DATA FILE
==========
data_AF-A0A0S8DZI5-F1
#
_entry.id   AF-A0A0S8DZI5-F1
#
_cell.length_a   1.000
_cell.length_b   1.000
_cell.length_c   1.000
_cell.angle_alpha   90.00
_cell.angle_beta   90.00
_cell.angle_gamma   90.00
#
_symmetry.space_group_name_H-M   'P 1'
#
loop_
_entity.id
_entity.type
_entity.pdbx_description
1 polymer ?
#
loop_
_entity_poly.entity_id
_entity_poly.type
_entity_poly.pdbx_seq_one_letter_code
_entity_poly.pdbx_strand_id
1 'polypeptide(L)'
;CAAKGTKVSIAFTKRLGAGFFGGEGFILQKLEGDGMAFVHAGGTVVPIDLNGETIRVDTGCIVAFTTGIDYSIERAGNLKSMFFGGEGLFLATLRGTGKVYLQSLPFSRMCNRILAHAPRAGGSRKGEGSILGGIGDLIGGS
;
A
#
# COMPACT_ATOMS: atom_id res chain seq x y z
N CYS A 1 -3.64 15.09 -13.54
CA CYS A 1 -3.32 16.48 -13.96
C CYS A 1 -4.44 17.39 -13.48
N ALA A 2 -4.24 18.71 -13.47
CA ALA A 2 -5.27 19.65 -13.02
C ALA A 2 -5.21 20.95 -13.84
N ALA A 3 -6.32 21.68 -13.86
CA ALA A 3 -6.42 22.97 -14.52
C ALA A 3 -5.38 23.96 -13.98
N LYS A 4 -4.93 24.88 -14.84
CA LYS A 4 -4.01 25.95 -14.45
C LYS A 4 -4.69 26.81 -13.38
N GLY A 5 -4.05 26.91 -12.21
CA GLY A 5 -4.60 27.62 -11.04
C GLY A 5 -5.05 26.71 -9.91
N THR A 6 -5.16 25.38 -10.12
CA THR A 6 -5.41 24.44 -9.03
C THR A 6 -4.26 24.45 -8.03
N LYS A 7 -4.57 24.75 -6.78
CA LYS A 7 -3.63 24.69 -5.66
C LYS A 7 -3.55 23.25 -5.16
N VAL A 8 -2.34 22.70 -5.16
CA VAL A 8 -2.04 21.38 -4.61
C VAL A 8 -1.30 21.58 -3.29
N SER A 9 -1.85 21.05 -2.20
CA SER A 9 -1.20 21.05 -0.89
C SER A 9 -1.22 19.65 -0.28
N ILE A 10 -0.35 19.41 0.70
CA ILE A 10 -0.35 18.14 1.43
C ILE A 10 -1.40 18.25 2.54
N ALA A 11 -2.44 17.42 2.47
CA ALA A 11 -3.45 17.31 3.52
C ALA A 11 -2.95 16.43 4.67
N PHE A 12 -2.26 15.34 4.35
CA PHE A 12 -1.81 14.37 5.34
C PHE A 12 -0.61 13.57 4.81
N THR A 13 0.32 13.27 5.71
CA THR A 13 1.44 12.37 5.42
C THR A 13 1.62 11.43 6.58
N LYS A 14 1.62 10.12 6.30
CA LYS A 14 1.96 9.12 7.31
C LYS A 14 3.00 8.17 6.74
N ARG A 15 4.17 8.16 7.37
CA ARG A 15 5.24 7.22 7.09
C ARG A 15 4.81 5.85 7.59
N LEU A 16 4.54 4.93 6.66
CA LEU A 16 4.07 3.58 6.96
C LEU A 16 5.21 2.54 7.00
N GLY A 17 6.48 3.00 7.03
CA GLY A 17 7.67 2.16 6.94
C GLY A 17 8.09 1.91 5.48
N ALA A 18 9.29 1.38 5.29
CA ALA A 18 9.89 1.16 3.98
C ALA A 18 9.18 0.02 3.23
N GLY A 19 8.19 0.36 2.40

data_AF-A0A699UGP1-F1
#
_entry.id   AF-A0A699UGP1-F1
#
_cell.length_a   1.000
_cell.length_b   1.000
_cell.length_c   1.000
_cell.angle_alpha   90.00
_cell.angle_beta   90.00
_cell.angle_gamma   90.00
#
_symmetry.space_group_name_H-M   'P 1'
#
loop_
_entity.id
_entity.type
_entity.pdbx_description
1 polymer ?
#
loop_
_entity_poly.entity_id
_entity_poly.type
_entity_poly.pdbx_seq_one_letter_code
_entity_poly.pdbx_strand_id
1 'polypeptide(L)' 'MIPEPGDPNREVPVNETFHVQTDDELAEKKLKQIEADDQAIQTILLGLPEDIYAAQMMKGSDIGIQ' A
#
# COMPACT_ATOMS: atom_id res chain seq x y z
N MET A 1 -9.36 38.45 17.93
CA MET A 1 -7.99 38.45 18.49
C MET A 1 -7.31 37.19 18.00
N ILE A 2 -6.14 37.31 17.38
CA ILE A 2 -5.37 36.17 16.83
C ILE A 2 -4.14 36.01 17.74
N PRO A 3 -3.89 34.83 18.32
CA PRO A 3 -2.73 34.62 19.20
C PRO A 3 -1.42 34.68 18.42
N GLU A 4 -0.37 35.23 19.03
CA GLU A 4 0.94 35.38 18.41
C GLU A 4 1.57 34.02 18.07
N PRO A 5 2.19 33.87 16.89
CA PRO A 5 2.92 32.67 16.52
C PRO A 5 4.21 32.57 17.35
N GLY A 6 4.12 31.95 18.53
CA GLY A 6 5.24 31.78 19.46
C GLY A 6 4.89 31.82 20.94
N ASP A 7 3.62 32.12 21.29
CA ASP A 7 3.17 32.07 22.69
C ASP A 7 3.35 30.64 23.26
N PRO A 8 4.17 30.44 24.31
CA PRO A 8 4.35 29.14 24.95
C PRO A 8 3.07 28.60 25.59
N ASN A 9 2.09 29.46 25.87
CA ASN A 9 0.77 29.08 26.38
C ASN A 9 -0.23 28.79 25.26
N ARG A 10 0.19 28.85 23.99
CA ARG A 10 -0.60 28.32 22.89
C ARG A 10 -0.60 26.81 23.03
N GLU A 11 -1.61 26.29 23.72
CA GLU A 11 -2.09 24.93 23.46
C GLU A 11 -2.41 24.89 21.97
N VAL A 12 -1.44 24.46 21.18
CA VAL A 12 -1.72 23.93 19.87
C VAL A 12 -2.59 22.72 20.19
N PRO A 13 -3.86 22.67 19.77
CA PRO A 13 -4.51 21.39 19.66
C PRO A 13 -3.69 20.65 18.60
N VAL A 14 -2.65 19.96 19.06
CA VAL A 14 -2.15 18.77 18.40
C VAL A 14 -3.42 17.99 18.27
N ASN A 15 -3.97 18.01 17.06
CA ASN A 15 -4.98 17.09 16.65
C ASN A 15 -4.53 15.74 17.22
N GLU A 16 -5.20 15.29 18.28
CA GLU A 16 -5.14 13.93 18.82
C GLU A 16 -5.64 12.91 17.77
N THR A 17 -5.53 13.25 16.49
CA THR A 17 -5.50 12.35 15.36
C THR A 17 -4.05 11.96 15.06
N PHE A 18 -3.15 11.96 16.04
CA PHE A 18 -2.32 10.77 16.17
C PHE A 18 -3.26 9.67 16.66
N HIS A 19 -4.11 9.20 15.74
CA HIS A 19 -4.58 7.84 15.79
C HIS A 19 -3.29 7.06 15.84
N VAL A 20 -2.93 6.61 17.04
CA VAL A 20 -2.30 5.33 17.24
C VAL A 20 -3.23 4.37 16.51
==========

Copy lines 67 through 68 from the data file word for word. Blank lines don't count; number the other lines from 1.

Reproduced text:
N THR A 13 0.32 13.27 5.71
CA THR A 13 1.44 12.37 5.42